Taking custom made to a new level

Hello! How’s things? Work traumas this week have meant things have felt pretty down here; so what’s a girl to do? Abandon the logical, almost completed cataloguing and organising of the fabric stash and tackle a brand new pattern, of course!

The pattern in question is the Hey June Biscayne blouse and here’s a little spoiler: I bloody love it!

However, there is a slight confession here: I’ve had this pattern for about 6 months, all over summer, and not touched it.  To make matters worse (and far more costly), I didn’t just buy the pattern: I bought the pattern from Sprout Patterns.

Can we all say, “Ouch” together?

If you haven’t come across them, Sprout Patterns are part of Spoonflower, the US-based company that allows you to order custom designed fabric, wallpaper, wrapping paper etc based on either a design that you’ve uploaded yourself or one of their seemingly endless galleries of other people’s designs.  Sprout Patterns take that one step further: when you buy a pattern from them, you also select the fabric substrate you’d like to make it in, plus the specific design you’d like to use, and they send you the whole lot with all your pattern pieces printed onto the fabric, ready to cut out.

Awesome idea, right?

And I can’t tell you how much fun it is playing with fabric designs and garments! When you select your pattern and size, it then lets you pick the design and shows you EXACTLY what that will look like. You get a little 3-D model and you can move the pattern around until you get the exact pattern placement you’re after.

Hours and hours can be wasted on this, believe me!

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Now these things don’t come cheap, especially with the terrible $/£ exchange rate right now, but every now and again they’ll have a one day sale with, e.g., free postage or 20% off or whatever, which nearly makes it reasonable.  I think it’s probably even better now as they’ve apparently opened a factory in Germany which means you don’t get slapped with transatlantic taxes on top of everything else.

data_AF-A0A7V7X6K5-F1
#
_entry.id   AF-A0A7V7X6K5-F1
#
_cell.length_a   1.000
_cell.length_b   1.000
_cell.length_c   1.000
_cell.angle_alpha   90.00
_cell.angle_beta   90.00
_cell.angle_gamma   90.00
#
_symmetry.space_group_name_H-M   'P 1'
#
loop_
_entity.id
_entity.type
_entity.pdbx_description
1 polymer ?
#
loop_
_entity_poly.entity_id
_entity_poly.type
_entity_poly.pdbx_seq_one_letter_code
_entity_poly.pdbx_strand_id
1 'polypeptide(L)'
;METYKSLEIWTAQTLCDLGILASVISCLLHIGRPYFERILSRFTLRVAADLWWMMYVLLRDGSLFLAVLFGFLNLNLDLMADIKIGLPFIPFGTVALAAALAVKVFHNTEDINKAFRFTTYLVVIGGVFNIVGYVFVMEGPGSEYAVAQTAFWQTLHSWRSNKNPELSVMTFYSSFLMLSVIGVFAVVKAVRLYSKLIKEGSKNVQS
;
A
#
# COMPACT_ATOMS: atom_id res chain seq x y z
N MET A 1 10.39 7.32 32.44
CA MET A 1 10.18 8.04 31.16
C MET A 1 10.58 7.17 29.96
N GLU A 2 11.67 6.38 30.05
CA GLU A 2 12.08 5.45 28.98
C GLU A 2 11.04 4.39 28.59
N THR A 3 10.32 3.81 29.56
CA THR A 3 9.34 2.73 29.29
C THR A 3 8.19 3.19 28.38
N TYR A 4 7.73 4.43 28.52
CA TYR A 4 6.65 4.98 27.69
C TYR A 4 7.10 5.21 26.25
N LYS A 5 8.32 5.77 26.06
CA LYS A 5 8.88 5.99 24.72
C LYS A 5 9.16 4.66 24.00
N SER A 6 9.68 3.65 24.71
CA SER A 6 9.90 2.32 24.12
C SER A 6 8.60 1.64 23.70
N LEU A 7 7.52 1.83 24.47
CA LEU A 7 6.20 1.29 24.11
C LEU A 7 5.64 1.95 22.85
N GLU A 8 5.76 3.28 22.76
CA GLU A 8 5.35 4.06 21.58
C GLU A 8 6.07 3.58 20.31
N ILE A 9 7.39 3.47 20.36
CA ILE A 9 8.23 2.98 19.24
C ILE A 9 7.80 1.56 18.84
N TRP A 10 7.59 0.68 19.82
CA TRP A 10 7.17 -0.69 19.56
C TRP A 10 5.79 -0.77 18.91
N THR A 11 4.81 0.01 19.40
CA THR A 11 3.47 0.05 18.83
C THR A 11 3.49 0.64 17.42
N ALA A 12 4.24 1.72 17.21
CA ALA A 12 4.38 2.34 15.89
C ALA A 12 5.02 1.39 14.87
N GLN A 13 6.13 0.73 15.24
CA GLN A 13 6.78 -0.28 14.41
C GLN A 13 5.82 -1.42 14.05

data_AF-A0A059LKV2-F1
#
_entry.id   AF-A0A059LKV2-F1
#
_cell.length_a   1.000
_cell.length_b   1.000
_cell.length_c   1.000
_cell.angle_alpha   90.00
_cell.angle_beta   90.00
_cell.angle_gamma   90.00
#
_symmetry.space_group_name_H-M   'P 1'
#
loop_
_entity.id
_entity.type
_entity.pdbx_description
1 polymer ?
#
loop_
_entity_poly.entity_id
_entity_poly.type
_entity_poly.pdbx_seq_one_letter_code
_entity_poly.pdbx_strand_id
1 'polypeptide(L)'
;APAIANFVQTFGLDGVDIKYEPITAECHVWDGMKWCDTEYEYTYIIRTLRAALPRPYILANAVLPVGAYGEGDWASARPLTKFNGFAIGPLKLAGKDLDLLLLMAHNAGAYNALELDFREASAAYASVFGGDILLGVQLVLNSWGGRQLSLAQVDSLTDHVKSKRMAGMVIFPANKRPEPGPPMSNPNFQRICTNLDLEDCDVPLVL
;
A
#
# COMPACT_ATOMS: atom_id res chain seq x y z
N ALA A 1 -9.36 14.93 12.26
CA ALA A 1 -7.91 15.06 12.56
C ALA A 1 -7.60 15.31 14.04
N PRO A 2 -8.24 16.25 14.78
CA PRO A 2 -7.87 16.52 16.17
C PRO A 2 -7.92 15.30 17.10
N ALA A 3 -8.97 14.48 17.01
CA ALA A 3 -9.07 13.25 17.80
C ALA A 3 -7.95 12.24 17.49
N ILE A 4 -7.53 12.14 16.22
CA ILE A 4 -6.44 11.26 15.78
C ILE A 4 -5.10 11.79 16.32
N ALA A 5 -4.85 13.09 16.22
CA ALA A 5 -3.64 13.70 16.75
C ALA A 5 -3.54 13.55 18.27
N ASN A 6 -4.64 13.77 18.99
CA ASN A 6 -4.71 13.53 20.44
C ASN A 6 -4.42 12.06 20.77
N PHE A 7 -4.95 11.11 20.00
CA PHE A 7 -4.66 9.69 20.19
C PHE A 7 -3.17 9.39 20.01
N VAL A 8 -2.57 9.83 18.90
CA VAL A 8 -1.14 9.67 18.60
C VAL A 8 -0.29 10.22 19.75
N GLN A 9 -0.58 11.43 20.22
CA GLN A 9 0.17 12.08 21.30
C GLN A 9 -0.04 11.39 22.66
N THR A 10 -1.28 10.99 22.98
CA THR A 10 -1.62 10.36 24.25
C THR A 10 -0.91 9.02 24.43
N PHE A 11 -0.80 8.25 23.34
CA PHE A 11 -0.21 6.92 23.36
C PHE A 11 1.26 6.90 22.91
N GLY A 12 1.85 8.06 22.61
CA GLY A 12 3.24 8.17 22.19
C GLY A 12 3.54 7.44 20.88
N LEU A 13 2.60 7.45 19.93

Anyway, I finally succumbed and ordered the Biscayne blouse as I thought it looked a lovely, summer staple.  I played for several hours with designs but ended up with a blue and white Japanese-inspired print of koi carp and lily leaves.  I chose the poly crepe, coughed up and waited.

It did take a little while to arrive, but the fabric itself felt amazing and I was intrigued to see how everything was laid out in one layer on the fabric.  There did look to be quite a lot of empty space, but then I realised the pattern called for bias binding and the extra meant you could make your own.  Very handy!

And then I’m not too sure what the delay was? But I didn’t cut it out for another month.  And then it sat in a project bag for a few months, until I picked it up last weekend in a very depressed state and determined to finish it.

One of the delays was the pdf pattern.  I am not a huge fan of pdfs which, like this one, print without a border around the actual pattern.  This one printed with only a little triangle on each side of the paper and, try as I might, the top and left hand triangles would NOT all print out, which made matching up rather tricky.  And you do still need to print the pattern out: although the pattern pieces are all outlined and labelled beautifully, the pattern markings aren’t and for this, the fold lines, pocket placement and gather lines are pretty important.

I ended up having a bit of a guess, and hoping it would be good enough!

So, the pattern.  It’s actually really nice.  It’s a classic sleeveless shirt, with gathers at the neckline to fit it into the collar.  However there are some nice techniques in there which my slippery fabric made that bit more interesting!  I tackled both my first hidden button placket and my first welt pocket and have to say I’m pretty pleased with both of them.

It also features french seams throughout which I love on something like this.  It just makes things feel all luxurious. Also, it means when I’m setting up / packing up my kit for every sewing session, I only need to lug the sewing machine about – bonus!